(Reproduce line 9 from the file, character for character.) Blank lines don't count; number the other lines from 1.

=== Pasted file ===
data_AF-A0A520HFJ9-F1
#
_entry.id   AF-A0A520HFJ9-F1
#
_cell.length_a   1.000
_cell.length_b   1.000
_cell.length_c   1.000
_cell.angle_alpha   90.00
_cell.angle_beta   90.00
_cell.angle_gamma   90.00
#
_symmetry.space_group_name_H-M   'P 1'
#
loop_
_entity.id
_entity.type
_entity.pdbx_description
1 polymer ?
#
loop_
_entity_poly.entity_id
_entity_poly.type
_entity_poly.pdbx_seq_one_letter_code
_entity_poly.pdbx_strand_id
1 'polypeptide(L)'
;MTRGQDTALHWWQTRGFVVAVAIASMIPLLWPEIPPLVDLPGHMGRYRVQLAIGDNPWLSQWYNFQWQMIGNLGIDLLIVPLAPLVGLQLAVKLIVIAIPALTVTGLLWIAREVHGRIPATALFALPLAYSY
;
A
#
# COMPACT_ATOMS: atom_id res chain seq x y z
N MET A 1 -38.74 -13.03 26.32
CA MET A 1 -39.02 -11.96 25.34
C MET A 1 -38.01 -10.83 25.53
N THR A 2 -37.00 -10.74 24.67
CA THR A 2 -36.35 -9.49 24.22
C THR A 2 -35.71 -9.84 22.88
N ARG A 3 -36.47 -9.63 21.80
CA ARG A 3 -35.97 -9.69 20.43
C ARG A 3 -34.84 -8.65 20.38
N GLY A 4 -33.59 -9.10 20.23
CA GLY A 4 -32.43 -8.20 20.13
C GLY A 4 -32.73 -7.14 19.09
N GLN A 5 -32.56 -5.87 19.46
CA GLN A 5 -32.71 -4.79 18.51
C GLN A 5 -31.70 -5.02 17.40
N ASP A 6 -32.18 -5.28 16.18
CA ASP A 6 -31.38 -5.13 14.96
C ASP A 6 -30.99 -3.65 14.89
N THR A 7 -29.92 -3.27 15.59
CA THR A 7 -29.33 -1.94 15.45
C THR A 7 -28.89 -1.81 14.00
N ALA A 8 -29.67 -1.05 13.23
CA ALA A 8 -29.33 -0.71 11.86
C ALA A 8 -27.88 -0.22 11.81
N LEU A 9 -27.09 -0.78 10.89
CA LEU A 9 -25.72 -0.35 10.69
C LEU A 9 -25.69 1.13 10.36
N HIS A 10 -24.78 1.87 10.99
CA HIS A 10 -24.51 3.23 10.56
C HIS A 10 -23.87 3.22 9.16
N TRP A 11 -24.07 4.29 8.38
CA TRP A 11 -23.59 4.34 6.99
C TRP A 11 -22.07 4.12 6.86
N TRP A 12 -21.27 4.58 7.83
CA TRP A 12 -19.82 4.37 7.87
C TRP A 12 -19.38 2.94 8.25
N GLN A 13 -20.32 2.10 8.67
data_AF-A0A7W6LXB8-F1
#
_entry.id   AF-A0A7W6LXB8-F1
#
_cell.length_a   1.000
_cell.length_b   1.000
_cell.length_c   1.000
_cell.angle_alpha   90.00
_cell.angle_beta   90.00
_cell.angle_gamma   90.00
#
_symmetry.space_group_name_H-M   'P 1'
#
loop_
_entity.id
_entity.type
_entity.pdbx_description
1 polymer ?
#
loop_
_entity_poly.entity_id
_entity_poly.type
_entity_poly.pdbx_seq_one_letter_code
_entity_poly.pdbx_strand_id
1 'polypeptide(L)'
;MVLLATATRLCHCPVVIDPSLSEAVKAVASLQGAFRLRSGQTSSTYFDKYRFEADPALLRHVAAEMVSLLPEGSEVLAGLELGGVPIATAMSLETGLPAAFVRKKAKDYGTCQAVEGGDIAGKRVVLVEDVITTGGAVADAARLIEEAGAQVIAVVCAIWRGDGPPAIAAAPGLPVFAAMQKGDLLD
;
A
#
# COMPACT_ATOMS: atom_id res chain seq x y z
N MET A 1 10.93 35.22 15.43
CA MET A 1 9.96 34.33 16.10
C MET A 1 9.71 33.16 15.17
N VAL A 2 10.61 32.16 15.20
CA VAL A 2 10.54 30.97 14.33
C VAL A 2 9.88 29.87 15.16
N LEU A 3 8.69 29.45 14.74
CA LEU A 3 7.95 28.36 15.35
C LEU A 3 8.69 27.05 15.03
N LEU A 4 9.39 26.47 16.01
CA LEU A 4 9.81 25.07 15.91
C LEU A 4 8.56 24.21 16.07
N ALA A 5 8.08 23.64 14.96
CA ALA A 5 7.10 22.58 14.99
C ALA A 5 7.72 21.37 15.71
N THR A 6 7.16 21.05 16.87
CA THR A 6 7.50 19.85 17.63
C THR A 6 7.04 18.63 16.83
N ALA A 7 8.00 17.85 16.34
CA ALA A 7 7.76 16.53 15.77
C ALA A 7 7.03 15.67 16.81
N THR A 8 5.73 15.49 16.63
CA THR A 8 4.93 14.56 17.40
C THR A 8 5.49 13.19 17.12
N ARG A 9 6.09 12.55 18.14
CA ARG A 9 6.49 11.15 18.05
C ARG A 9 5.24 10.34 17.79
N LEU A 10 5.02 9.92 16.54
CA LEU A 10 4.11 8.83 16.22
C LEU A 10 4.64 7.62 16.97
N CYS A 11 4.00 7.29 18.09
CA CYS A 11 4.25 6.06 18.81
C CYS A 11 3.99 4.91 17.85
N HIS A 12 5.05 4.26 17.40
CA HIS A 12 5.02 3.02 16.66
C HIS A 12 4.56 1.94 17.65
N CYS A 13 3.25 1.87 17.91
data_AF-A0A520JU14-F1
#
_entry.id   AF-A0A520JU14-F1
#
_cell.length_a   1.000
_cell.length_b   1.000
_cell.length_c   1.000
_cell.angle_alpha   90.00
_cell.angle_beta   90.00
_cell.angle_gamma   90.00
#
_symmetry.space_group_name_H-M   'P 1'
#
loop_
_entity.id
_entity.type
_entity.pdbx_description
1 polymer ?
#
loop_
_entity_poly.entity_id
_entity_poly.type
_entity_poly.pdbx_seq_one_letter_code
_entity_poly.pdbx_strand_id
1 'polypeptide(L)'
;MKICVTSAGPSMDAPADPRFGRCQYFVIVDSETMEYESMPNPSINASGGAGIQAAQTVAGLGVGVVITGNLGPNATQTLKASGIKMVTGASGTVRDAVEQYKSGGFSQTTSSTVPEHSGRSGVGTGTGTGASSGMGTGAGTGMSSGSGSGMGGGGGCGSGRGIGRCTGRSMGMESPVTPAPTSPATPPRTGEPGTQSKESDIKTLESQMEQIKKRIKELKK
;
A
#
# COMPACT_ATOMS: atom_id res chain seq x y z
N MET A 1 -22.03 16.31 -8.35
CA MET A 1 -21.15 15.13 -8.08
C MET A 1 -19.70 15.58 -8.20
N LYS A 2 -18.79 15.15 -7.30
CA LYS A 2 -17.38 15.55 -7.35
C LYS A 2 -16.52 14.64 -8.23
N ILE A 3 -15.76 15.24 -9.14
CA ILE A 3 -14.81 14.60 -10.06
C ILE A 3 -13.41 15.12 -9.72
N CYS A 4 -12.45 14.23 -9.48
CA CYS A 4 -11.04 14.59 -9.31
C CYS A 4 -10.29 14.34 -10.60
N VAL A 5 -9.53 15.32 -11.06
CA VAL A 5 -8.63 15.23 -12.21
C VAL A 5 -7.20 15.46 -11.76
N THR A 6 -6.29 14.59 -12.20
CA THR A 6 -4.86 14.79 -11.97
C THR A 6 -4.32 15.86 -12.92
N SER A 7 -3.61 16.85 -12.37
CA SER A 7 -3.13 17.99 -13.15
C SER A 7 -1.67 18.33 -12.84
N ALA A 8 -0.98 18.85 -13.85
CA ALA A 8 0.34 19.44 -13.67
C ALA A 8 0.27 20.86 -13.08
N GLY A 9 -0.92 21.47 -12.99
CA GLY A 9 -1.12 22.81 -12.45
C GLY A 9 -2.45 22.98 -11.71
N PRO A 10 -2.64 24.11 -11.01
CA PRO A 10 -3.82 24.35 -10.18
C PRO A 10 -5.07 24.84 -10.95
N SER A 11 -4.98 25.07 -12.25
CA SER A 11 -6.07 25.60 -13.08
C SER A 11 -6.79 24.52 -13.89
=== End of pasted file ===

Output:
_cell.angle_beta   90.00